By Jack Minor –
An amendment to the Colorado Constitution that lawmakers want repealed could result in individual taxpayers receiving money from the state over taxes on marijuana following its legalization in 2012.
When voters approved the legalization of marijuana for recreational use it was sold on the premise that all of the money raised from tax revenue would be “for the children” and be used for things such as schools or substance abuse for those who are now using the legalized product.
However, it now appears that the sale of marijuana has been a resounding success with residents flying in from other states to purchase the product. There appear to be indications that tax revenues from the sale of marijuana could be higher than projected. On Tuesday, an economic forecast produced by Colorado’s Legislative Council reported that state spending on marijuana is trending higher than previously estimated.
If this turns out to be the case than under a constitutional amendment approved by voters known as the Taxpayer Bill of Rights, or TABOR, the higher spending could trigger provisions in the amendment that require a refund on any new sources of revenue such as what is coming from marijuana taxes.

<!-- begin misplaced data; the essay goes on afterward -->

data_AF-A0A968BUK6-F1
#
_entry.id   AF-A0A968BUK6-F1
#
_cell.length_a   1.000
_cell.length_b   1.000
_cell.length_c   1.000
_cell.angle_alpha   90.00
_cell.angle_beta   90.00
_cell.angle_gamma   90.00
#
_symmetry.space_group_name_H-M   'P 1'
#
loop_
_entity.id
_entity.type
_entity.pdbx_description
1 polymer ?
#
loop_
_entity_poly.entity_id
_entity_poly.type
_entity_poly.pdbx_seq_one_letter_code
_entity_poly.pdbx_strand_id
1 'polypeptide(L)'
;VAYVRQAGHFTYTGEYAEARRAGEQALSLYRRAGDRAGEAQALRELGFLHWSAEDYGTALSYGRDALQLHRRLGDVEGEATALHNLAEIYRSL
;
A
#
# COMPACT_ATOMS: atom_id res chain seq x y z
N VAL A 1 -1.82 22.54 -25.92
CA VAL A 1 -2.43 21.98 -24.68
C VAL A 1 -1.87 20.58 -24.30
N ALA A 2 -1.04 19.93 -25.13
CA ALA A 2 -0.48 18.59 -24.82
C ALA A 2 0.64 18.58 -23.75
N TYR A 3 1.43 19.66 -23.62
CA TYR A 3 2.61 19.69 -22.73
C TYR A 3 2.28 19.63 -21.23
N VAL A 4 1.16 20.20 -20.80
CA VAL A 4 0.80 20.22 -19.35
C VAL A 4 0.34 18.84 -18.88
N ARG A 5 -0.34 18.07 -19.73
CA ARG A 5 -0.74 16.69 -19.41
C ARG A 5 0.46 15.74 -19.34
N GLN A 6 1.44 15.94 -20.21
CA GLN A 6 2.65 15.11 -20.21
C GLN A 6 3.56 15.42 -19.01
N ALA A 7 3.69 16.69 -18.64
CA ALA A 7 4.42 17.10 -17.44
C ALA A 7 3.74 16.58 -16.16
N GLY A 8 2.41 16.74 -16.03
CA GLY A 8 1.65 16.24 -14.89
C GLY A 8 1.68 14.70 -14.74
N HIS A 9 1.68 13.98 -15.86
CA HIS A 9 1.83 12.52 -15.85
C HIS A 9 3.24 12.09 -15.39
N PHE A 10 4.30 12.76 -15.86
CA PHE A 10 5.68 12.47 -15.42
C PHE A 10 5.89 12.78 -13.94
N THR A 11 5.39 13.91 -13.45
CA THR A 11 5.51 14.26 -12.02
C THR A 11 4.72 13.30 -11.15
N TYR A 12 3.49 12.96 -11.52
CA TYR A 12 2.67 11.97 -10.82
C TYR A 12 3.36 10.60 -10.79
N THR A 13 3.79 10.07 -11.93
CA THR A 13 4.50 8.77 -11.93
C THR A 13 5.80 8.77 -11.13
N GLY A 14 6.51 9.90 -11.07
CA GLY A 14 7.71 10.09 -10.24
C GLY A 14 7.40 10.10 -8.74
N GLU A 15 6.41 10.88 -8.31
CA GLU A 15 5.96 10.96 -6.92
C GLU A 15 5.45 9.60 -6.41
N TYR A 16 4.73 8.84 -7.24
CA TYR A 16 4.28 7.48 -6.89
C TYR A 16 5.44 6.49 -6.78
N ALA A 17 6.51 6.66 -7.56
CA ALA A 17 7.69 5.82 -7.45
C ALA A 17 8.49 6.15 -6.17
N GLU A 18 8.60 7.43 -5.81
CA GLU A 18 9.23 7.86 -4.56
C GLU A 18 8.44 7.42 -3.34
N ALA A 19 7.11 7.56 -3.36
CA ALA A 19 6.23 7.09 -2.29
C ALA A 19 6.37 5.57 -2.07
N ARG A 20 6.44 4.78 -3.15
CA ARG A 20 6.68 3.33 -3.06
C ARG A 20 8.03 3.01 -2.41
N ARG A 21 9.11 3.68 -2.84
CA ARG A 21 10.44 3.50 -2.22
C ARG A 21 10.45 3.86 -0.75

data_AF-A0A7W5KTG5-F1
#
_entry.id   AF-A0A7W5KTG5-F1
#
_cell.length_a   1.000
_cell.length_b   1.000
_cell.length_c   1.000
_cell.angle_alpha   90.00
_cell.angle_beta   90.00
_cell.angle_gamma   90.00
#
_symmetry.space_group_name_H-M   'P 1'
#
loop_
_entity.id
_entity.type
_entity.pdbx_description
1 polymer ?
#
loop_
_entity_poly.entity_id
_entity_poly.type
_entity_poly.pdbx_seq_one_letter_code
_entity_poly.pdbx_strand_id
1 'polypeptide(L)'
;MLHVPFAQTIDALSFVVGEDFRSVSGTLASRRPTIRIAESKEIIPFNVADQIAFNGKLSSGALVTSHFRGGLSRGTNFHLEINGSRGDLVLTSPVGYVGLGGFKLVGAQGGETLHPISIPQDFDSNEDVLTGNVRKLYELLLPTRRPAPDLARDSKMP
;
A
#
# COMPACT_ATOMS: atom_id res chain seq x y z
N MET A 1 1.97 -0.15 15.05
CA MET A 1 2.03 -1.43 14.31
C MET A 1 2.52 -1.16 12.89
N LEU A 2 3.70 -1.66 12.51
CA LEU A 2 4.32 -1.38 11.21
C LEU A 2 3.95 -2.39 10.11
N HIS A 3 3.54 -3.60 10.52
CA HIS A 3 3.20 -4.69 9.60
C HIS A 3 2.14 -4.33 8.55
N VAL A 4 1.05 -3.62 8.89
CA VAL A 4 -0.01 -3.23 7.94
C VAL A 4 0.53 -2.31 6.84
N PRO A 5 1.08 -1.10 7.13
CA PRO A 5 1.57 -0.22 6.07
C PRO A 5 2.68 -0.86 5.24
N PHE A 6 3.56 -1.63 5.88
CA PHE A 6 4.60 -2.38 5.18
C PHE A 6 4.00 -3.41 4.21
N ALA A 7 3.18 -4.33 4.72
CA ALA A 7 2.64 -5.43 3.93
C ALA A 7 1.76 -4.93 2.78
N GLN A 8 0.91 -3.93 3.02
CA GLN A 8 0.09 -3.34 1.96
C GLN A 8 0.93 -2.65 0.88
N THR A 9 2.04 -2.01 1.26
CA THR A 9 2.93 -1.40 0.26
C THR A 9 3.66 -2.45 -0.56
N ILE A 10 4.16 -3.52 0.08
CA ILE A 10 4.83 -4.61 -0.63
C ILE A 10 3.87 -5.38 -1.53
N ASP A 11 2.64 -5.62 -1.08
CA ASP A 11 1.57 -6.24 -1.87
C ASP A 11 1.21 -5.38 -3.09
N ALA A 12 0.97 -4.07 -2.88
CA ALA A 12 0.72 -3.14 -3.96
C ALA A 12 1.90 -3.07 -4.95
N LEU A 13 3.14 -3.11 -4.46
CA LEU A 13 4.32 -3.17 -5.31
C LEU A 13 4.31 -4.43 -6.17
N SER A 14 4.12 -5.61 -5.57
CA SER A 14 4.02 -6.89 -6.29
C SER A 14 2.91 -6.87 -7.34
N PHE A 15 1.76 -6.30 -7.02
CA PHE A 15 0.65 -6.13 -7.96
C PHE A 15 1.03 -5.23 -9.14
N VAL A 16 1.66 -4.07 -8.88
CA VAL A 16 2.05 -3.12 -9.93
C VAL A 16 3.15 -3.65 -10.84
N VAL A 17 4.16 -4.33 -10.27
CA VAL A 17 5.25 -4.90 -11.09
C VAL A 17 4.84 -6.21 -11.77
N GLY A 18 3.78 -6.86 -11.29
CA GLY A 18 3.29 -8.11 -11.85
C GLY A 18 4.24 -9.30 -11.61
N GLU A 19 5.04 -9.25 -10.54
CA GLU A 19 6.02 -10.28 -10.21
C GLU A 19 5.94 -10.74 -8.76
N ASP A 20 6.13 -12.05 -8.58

The possibility of taxpayers getting a refund rather than allowing the government to spend the excess revenue immediately earned the ire of Sen. Pat Steadman, D-Denver, who is the vice-chair of the Joint Budget Committee which hosted the briefing announced it would be “disappointing” if the state had to return money to taxpayers.
“The idea of having to issue a refund or going back to the voters hat in hand is disappointing,” Steadman said.
Steadman also raised the ire of a large body of the state’s residents when he said that if a person was a Christian there was no place for them in society for them.
The incendiary comments came during a debate during a civil union bill which was pushed through by a Democrat majority last year. During debate on the bill Steadman, who is an open homosexual responded to concerns that the law could force Christians to participate and support civil unions regardless of whether they held to the traditional definition of marriage as being between a man and a woman or not.
“What to say to those who claim that religion requires them to discriminate? I tell you what I’d say: ‘Get thee to a nunnery, and live there then. Go live a monastic life, away from modern society, away from people you can’t see as equals to yourself,’” Steadman said.
Under TABOR, any excess revenue the state collects beyond an amount set forward in a budgeting formula based on prior years revenue must be refunded to taxpayers rather than allowing lawmakers to spend the excess monies unless they specifically ask taxpayers to approve of them spending the extra money in off year elections.
Under TABOR the state could be required to refund some of the $54 million raised from pot revenue to each of the state’s taxpayers.